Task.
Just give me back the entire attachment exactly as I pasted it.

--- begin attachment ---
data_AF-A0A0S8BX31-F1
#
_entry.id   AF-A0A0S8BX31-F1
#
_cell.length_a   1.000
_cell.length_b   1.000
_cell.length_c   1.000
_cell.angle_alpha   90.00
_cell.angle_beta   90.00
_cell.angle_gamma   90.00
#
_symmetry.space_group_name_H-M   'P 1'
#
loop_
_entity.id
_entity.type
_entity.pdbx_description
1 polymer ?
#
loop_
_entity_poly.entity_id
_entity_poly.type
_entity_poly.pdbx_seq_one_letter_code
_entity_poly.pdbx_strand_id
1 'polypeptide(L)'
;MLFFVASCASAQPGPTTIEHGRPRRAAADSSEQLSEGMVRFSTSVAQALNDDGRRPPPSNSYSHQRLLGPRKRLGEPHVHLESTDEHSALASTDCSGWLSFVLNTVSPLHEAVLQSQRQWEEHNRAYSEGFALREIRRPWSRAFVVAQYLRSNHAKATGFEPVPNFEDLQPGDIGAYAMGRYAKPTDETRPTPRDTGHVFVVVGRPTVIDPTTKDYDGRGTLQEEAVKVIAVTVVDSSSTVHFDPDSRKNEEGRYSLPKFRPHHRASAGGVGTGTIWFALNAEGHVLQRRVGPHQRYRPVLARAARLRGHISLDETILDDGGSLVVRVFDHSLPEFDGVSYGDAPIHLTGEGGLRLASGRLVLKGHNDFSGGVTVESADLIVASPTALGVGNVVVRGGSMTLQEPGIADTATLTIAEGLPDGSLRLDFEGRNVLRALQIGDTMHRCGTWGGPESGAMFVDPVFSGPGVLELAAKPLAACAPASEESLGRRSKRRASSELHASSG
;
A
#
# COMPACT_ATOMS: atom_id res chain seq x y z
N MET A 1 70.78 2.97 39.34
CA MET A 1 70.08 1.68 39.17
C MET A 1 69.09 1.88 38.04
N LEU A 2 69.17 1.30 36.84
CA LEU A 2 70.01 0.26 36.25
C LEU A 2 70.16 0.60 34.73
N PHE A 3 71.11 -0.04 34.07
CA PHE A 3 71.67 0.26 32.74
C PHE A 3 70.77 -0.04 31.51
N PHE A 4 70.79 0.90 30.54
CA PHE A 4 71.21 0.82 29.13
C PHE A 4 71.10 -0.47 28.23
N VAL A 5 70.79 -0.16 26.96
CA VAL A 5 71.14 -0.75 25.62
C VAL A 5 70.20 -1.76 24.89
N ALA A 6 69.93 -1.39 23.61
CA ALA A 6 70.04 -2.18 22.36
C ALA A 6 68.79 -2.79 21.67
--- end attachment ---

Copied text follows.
data_AF-A0A0S8BX31-F1
#
_entry.id   AF-A0A0S8BX31-F1
#
_cell.length_a   1.000
_cell.length_b   1.000
_cell.length_c   1.000
_cell.angle_alpha   90.00
_cell.angle_beta   90.00
_cell.angle_gamma   90.00
#
_symmetry.space_group_name_H-M   'P 1'
#
loop_
_entity.id
_entity.type
_entity.pdbx_description
1 polymer ?
#
loop_
_entity_poly.entity_id
_entity_poly.type
_entity_poly.pdbx_seq_one_letter_code
_entity_poly.pdbx_strand_id
1 'polypeptide(L)'
;MLFFVASCASAQPGPTTIEHGRPRRAAADSSEQLSEGMVRFSTSVAQALNDDGRRPPPSNSYSHQRLLGPRKRLGEPHVHLESTDEHSALASTDCSGWLSFVLNTVSPLHEAVLQSQRQWEEHNRAYSEGFALREIRRPWSRAFVVAQYLRSNHAKATGFEPVPNFEDLQPGDIGAYAMGRYAKPTDETRPTPRDTGHVFVVVGRPTVIDPTTKDYDGRGTLQEEAVKVIAVTVVDSSSTVHFDPDSRKNEEGRYSLPKFRPHHRASAGGVGTGTIWFALNAEGHVLQRRVGPHQRYRPVLARAARLRGHISLDETILDDGGSLVVRVFDHSLPEFDGVSYGDAPIHLTGEGGLRLASGRLVLKGHNDFSGGVTVESADLIVASPTALGVGNVVVRGGSMTLQEPGIADTATLTIAEGLPDGSLRLDFEGRNVLRALQIGDTMHRCGTWGGPESGAMFVDPVFSGPGVLELAAKPLAACAPASEESLGRRSKRRASSELHASSG
;
A
#
# COMPACT_ATOMS: atom_id res chain seq x y z
N MET A 1 70.78 2.97 39.34
CA MET A 1 70.08 1.68 39.17
C MET A 1 69.09 1.88 38.04
N LEU A 2 69.17 1.30 36.84
CA LEU A 2 70.01 0.26 36.25
C LEU A 2 70.16 0.60 34.73
N PHE A 3 71.11 -0.04 34.07
CA PHE A 3 71.67 0.26 32.74
C PHE A 3 70.77 -0.04 31.51
N PHE A 4 70.79 0.90 30.54
CA PHE A 4 71.21 0.82 29.13
C PHE A 4 71.10 -0.47 28.23
N VAL A 5 70.79 -0.16 26.96
CA VAL A 5 71.14 -0.75 25.62
C VAL A 5 70.20 -1.76 24.89
N ALA A 6 69.93 -1.39 23.61
CA ALA A 6 70.04 -2.18 22.36
C ALA A 6 68.79 -2.79 21.67